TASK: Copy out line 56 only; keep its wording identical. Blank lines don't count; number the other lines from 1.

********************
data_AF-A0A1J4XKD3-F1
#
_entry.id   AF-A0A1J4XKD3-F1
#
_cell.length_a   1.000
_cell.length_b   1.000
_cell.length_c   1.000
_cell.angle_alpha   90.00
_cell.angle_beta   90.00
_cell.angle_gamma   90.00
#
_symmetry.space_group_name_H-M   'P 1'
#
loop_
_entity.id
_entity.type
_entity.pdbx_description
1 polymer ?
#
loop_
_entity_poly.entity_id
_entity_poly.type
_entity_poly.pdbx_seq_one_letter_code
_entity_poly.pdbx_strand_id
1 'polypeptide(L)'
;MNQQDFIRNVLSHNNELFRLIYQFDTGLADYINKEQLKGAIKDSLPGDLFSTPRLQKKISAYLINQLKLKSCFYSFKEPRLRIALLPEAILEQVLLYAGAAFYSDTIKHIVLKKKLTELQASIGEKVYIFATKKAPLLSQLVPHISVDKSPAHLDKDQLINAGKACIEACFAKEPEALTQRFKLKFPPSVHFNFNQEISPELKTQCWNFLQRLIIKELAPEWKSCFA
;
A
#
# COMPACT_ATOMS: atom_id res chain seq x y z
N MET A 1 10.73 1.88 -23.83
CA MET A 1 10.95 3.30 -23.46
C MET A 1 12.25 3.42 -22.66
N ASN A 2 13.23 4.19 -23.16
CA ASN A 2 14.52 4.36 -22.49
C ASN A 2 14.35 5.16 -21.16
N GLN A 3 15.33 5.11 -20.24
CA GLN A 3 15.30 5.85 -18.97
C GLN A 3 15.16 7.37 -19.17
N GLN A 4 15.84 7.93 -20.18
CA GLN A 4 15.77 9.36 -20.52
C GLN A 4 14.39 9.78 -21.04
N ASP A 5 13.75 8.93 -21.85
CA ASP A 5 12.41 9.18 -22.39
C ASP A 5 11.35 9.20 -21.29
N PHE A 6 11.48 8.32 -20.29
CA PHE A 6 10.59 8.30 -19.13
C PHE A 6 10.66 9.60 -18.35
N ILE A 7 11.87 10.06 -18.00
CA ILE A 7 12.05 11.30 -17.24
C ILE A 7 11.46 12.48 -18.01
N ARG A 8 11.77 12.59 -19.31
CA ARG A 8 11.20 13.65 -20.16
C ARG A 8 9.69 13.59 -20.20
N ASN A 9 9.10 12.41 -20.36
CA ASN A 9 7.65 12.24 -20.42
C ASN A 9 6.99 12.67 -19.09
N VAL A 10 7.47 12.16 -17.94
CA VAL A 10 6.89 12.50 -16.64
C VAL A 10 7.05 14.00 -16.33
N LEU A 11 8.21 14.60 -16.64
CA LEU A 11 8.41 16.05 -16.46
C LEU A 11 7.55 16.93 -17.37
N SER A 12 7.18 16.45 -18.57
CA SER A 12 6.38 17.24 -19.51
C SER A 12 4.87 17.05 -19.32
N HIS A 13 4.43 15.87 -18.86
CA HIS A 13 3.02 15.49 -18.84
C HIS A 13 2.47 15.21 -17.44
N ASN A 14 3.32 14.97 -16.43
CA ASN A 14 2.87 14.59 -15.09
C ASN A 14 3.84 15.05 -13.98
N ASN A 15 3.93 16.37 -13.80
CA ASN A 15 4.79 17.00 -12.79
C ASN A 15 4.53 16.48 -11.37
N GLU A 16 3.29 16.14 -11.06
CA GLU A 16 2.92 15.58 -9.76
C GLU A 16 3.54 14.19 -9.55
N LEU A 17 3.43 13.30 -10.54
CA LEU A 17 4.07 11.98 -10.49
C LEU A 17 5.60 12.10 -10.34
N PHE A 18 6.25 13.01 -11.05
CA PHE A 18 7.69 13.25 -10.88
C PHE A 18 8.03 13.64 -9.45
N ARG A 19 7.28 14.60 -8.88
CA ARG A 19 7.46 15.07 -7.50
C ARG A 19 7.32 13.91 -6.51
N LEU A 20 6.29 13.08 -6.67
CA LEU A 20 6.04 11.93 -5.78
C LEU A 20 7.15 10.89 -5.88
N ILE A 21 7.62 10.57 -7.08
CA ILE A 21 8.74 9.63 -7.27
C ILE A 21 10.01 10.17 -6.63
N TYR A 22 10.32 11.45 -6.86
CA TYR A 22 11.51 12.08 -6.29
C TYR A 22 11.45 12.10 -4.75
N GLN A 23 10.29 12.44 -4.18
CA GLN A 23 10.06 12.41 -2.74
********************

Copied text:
CA ASN A 9 7.65 12.24 -20.42